Evolutionary Developmental Biology of Invertebrates 3

Ecdysozoa I: Non-Tetraconata

  • Andreas Wanninger

Table of contents

  1. Front Matter
    Pages i-vii
  2. Andreas Hejnol
    Pages 1-13
  3. Ralf J. Sommer
    Pages 15-33
  4. Vladimir Gross, Sandra Treffkorn, Georg Mayer
    Pages 35-52
  5. Georg Mayer, Franziska Anni Franke, Sandra Treffkorn, Vladimir Gross, Ivo de Sena Oliveira
    Pages 53-98
  6. Evelyn E. Schwager, Anna Schönauer, Daniel J. Leite, Prashant P. Sharma, Alistair P. McGregor
    Pages 99-139
  7. Carlo Brena
    Pages 141-189
  8. Back Matter
    Pages 191-200

About this book


This multi-author, six-volume work summarizes our current knowledge on the developmental biology of all major invertebrate animal phyla. The main aspects of cleavage, embryogenesis, organogenesis and gene expression are discussed in an evolutionary framework. Each chapter presents an in-depth yet concise overview of both classical and recent literature, supplemented by numerous color illustrations and micrographs of a given animal group. The largely taxon-based chapters are supplemented by essays on topical aspects relevant to modern-day EvoDevo research such as regeneration, embryos in the fossil record, homology in the age of genomics and the role of EvoDevo in the context of reconstructing evolutionary and phylogenetic scenarios. A list of open questions at the end of each chapter may serve as a source of inspiration for the next generation of EvoDevo scientists. Evolutionary Developmental Biology of Invertebrates is a must-have for any scientist, teacher or student interested in developmental and evolutionary biology as well as in general invertebrate zoology.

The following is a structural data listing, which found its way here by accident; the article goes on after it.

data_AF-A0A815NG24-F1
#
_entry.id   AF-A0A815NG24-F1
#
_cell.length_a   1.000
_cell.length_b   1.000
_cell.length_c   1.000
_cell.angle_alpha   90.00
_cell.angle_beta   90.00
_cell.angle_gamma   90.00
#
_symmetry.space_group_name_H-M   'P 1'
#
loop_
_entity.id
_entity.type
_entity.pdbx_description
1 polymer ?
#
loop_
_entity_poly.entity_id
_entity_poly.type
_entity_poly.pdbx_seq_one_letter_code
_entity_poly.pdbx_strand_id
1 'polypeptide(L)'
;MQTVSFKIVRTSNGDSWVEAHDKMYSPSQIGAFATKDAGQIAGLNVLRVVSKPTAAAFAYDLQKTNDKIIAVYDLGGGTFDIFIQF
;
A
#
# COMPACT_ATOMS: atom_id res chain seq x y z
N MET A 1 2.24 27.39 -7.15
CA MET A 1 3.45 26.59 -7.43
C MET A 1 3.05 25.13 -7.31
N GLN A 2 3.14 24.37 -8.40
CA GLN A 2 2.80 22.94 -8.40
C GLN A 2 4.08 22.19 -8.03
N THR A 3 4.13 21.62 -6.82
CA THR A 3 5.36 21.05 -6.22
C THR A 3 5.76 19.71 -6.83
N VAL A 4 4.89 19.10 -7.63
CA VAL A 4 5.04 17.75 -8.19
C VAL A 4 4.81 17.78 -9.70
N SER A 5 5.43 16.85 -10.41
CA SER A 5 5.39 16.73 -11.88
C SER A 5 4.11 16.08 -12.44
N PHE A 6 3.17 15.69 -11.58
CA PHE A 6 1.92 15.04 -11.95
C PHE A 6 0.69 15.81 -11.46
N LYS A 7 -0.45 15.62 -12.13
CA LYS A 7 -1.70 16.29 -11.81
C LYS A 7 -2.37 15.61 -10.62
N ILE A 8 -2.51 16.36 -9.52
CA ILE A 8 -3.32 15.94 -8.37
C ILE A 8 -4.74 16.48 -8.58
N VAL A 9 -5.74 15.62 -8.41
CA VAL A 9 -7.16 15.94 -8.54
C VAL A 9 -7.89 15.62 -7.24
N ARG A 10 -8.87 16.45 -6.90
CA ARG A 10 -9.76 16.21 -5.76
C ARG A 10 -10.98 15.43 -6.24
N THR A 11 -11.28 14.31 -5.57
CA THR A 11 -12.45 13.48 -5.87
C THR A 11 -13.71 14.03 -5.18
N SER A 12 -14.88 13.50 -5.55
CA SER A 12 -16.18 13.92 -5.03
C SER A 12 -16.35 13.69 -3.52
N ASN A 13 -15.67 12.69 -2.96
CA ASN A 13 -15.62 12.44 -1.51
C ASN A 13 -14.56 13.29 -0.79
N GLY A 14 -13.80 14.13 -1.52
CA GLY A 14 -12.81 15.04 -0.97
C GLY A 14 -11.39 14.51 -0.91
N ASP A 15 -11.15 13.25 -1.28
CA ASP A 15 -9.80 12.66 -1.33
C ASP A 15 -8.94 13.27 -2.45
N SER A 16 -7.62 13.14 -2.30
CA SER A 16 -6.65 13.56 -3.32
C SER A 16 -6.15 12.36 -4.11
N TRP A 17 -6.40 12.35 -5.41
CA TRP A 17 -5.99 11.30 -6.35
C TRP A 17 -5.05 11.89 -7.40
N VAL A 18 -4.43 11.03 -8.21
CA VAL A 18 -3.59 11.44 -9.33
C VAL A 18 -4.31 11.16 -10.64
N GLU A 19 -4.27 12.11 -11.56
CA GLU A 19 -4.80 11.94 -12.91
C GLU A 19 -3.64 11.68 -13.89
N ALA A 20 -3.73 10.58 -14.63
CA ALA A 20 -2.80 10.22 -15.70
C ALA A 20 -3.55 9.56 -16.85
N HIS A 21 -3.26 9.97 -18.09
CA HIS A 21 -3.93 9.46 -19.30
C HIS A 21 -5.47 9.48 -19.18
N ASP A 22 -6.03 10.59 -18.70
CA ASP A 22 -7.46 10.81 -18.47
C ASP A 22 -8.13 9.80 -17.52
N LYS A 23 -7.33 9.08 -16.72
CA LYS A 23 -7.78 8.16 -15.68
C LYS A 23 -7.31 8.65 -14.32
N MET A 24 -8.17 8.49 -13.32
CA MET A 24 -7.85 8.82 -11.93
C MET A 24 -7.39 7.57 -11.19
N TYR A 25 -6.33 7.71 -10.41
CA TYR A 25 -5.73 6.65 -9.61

This is the first of three volumes dedicated to animals that molt in the course of their lifecycle, the Ecdysozoa. It covers all non-hexapods and non-crustaceans, i.e., the Cycloneuralia, Tardigrada, Onychophora, Chelicerata and Myriapoda. While the Nematoda and all other phyla are treated in their own chapters, the remaining cycloneuralians are presented jointly due to the dearth of available developmental data on its individual subclades.


embryogenesis gene expression and development invertebrate evolution non-model organisms organogenesis

Editors and affiliations

  • Andreas Wanninger
    • 1
  1. 1.Department of Integrative ZoologyUniversity of Vienna Faculty of Life SciencesWienAustria

Bibliographic information